Using extensive genetic data compiled by the UK10K project, an international team of researchers led by Dr. Brent Richards of the Lady Davis Institute at the Jewish General Hospital has identified a genetic variant near the gene EN1 as having the strongest effect on bone mineral density (BMD) and fracture identified to date. The findings are published in the forthcoming issue of the prestigious journal Nature.
“EN1 has never before been linked to osteoporosis in humans, so this opens up a brand new pathway to pursue in developing drugs to block the disease,” Dr. Richards, an Associate Professor of Medicine at McGill University, says by way of explaining the importance of the discovery.
“The effect of this uncommon genetic variant that we identified in this gene is twice as large as any previously identified genetic variants for BMD and fracture,” adds Vince Forgetta, first author on this collaborative project from the Genetic Factors for Osteoporosis Consortium, and a Research Associate at the Lady Davis Institute.
Osteoporosis is a common disease that will lead to fractures in between one-third and one-half of all women over the course of their lives. Because osteoporosis becomes more severe with age, it is becoming more prevalent with the overall aging of the population. There are currently few safe and effective treatments for osteoporosis, and no curative therapies available.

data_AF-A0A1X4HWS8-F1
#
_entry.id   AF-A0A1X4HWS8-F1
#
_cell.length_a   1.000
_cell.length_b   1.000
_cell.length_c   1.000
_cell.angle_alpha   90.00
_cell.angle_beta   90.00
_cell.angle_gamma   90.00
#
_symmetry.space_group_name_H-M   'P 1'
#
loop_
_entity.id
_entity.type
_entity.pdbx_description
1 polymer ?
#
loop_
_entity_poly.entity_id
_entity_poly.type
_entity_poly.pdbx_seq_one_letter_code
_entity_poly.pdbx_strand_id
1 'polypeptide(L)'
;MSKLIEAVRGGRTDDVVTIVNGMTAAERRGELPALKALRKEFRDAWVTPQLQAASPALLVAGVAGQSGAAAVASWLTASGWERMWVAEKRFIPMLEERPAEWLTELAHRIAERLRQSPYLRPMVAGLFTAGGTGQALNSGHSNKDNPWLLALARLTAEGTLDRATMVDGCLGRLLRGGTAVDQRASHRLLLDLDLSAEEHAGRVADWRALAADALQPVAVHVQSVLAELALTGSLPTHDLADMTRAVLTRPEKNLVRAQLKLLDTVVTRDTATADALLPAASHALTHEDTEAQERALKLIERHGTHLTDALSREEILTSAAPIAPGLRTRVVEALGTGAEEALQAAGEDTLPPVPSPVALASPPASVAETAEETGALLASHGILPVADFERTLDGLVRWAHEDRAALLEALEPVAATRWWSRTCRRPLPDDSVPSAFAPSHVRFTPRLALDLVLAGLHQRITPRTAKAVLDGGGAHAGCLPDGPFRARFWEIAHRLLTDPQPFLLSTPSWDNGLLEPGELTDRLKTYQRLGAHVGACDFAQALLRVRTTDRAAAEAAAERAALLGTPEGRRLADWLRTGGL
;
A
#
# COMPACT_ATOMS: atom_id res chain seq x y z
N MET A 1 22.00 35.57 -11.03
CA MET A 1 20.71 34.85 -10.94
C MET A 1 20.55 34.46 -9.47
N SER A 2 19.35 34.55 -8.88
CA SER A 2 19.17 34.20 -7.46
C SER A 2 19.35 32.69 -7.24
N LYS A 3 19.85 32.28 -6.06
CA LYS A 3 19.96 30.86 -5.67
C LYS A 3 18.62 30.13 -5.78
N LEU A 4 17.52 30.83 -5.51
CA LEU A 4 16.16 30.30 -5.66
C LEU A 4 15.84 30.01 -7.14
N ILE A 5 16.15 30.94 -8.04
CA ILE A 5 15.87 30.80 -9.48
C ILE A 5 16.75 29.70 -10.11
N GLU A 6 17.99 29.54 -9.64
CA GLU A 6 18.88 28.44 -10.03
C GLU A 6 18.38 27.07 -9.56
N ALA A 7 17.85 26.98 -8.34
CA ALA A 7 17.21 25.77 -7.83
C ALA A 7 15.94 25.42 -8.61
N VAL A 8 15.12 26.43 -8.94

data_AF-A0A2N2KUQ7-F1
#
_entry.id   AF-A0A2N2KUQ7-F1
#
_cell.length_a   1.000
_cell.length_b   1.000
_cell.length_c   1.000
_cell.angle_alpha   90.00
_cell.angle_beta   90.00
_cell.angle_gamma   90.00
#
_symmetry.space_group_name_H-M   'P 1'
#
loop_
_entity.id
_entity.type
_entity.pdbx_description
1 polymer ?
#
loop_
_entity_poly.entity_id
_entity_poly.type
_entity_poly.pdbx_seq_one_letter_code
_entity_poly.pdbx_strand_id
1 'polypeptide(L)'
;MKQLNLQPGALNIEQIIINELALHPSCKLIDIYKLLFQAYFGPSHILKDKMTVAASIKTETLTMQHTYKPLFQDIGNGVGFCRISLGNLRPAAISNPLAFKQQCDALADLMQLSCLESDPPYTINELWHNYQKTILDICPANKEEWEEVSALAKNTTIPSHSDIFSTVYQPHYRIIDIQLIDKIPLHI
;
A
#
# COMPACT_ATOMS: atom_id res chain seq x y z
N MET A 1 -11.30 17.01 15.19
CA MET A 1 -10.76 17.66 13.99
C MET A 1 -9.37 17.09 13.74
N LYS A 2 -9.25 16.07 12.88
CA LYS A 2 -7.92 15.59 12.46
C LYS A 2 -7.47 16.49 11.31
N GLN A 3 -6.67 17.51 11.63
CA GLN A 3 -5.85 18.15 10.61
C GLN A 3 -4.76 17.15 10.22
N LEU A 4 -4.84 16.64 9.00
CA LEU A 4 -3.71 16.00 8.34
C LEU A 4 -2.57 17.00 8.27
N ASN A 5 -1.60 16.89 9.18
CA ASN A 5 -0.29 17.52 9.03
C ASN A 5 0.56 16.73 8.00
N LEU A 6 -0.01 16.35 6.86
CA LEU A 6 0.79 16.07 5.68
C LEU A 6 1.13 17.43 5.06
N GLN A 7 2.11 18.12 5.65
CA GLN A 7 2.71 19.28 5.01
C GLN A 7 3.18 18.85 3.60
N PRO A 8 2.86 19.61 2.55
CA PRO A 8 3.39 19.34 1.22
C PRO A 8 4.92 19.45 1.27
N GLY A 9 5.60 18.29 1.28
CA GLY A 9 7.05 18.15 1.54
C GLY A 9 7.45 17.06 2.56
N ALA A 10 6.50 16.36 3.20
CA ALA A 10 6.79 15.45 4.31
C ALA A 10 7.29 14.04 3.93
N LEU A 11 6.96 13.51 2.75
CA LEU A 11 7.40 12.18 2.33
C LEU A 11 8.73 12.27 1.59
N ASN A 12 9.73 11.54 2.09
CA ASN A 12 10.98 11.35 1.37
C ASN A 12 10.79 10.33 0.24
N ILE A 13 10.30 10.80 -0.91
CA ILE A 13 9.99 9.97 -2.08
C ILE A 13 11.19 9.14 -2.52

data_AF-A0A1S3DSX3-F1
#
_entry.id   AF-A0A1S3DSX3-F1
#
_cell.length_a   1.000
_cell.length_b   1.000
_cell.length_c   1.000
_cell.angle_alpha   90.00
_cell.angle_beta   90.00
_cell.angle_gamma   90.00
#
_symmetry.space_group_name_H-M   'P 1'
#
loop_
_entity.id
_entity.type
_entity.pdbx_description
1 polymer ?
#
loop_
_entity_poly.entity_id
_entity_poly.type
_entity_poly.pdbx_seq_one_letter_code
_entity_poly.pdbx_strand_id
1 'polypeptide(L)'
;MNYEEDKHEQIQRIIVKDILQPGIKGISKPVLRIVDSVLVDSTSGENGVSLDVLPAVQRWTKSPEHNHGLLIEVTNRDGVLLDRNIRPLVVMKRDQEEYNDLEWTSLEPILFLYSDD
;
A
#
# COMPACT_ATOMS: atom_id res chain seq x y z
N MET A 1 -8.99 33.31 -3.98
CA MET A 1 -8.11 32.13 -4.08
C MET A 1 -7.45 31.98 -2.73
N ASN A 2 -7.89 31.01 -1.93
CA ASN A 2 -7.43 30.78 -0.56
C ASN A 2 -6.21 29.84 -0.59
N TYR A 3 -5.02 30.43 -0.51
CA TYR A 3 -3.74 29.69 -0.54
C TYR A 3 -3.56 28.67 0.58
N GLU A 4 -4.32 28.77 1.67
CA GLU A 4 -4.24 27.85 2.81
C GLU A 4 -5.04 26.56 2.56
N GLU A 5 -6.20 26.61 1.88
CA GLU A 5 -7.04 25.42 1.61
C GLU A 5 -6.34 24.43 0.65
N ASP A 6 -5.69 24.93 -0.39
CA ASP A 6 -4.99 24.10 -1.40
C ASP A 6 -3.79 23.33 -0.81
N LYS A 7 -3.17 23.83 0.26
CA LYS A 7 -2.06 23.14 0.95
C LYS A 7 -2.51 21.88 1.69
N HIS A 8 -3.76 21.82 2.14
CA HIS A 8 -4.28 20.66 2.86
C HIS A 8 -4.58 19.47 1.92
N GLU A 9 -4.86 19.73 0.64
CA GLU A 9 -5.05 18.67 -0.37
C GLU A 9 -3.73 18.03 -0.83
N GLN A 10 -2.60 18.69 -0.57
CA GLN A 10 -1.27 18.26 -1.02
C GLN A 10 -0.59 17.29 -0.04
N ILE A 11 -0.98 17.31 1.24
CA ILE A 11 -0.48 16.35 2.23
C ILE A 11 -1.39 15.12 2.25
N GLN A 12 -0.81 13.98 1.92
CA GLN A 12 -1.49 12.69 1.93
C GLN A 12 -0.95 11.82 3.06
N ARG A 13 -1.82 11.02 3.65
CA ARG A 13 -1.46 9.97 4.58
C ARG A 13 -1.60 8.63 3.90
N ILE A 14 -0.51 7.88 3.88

The UK10K project has measured genetic variations in 10,000 individuals in great detail, allowing researchers to correlate rare genetic changes with human disease by comparing the DNA of healthy individuals with those who have health problems. The use of such an extensive sample size allows for the observation of genetic variants that are not discernable among smaller groups. This particular study also stands as proof of principle that uncommon genetic variants can have a significant impact on common diseases.
“The hypothesis is that the genetic sequencing being done by UK10K will expose previously unknown genetic factors underlying disease,” said Dr. Celia Greenwood, a biostatistician who is Senior Investigator at the Lady Davis Institute and Associate Professor at McGill University, and co-chaired the statistics group for a companion Nature article on the methodology behind UK10K. “We are finally able to extract enough data to discern variants that are rare in the overall population and are more frequent among those with common diseases. This is precisely what has been revealed in the case of EN1 and osteoporosis.”
This study represents an initial realization of the hope that accompanied the development of genetic sequencing technology: that sophisticated analysis of the genome would reveal those genes associated with disease. The promise for the contribution genetics can make to human health lies in the discovery of novel compounds that can counter the effect of deleterious genetic variants influencing these genes.